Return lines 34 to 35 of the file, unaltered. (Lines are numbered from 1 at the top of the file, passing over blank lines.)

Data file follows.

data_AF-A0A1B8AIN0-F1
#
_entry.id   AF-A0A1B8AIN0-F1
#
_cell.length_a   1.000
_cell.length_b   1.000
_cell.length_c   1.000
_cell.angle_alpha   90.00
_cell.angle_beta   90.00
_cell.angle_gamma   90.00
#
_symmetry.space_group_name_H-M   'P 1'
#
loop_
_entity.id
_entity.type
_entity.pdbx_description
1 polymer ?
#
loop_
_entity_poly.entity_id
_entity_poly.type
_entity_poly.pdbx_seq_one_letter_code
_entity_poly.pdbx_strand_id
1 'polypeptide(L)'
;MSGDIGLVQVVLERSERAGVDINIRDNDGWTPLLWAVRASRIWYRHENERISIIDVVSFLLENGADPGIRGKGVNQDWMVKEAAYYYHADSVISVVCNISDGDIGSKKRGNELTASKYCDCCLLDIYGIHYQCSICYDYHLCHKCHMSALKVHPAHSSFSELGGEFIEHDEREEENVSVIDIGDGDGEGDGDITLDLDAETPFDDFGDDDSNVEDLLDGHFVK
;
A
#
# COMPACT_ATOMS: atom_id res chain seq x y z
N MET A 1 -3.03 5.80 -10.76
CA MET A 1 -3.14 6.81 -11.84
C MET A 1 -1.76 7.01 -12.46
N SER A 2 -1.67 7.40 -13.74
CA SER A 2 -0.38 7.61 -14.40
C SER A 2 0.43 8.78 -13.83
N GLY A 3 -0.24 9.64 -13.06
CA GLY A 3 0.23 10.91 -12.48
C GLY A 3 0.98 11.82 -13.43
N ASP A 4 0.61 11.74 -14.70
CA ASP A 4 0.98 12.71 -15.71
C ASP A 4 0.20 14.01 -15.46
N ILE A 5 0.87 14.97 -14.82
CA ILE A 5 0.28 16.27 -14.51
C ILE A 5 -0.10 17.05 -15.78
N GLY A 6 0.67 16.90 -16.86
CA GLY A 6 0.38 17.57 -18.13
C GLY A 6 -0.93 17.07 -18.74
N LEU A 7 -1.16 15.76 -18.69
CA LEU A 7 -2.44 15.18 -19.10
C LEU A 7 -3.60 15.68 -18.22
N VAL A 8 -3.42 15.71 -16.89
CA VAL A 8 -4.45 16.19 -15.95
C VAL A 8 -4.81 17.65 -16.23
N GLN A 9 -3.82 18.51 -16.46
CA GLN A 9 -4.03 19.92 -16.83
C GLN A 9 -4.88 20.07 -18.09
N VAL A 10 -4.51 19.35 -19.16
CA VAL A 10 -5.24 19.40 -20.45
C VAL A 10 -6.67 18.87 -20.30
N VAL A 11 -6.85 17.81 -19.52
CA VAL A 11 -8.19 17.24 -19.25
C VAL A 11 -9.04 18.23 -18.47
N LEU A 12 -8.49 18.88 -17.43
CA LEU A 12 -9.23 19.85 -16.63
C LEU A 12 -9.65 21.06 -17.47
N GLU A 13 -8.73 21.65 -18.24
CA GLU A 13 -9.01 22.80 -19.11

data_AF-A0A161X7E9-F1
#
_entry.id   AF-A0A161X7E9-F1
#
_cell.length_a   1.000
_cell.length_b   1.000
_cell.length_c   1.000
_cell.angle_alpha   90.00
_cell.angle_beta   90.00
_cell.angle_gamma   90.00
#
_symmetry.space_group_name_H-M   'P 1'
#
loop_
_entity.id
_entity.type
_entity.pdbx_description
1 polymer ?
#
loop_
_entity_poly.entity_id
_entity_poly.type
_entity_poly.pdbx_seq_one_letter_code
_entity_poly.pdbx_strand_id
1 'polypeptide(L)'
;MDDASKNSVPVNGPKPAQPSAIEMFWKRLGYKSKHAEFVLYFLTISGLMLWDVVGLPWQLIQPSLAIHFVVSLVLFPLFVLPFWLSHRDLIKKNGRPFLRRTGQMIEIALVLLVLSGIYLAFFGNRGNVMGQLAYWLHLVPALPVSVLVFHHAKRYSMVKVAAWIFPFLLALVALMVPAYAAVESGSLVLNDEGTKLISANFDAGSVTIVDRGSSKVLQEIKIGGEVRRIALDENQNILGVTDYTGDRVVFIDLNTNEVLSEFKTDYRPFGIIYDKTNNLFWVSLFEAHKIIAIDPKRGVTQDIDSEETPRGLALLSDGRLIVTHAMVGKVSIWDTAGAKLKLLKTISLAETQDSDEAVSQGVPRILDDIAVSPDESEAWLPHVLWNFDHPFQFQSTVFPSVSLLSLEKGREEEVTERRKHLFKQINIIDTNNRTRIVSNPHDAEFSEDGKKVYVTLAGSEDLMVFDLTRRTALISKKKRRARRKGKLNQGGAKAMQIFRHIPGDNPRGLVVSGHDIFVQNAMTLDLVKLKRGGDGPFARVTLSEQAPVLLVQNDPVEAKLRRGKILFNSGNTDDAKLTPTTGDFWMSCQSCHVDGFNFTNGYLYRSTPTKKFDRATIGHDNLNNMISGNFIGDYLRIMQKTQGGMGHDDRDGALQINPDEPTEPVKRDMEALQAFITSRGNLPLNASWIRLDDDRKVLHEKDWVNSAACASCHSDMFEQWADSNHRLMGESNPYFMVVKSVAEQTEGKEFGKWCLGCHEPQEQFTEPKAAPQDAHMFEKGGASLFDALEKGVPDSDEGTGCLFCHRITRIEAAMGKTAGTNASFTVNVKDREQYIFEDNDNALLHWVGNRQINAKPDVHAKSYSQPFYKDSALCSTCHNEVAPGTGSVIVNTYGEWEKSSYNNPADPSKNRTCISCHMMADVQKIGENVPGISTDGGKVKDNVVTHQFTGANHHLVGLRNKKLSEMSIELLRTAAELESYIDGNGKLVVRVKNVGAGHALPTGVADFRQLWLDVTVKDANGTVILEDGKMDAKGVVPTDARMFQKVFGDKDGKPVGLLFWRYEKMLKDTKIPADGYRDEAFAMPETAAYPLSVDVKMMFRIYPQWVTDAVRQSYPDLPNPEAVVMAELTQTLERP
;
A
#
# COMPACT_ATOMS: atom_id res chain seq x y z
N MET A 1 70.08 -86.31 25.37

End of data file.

N SER A 2 -1.67 7.40 -13.74
CA SER A 2 -0.38 7.61 -14.40